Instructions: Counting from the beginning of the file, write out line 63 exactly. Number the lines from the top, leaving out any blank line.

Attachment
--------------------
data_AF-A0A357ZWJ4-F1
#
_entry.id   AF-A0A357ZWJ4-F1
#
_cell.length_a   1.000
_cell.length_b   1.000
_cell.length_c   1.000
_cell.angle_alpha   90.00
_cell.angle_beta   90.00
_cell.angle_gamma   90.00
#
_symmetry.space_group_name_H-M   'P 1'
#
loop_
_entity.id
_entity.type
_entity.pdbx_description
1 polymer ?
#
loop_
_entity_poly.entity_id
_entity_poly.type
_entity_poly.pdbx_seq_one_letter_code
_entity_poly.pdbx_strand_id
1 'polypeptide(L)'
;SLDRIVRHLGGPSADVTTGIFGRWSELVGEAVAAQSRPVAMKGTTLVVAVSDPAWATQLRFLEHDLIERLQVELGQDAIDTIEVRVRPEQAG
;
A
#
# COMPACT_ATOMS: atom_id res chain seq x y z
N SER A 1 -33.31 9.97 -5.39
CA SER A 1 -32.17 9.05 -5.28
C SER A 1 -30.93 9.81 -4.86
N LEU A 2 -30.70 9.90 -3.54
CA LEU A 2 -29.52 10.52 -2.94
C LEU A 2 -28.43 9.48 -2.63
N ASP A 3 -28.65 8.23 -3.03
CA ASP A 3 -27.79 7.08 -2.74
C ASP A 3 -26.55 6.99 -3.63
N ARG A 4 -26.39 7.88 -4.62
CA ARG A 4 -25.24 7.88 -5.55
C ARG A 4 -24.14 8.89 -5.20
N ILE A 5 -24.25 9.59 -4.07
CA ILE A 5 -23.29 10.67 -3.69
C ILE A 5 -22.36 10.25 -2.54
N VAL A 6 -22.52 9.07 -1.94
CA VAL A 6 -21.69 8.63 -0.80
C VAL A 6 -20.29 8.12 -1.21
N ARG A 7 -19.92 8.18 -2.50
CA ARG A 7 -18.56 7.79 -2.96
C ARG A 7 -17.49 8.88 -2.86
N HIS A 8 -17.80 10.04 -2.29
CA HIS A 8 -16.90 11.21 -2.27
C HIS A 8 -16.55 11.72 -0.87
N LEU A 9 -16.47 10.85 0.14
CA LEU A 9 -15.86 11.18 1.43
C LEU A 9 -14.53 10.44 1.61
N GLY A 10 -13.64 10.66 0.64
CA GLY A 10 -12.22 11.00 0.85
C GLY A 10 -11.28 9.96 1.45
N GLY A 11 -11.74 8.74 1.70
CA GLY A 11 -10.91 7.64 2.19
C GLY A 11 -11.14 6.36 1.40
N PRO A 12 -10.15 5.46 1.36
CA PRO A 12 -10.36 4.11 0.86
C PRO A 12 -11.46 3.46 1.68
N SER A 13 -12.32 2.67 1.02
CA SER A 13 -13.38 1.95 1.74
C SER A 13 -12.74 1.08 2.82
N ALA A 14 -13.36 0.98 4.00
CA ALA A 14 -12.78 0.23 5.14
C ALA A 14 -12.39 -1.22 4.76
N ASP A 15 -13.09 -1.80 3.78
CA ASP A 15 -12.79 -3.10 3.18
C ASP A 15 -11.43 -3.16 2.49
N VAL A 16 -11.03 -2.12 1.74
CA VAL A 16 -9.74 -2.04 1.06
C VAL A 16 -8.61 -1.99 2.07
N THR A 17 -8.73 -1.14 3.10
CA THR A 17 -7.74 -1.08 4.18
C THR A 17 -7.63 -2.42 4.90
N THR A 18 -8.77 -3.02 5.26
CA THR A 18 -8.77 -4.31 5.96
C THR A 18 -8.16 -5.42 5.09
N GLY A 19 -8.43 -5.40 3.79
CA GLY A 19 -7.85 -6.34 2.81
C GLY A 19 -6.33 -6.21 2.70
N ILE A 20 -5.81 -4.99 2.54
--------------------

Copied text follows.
C GLY A 11 -11.14 6.36 1.40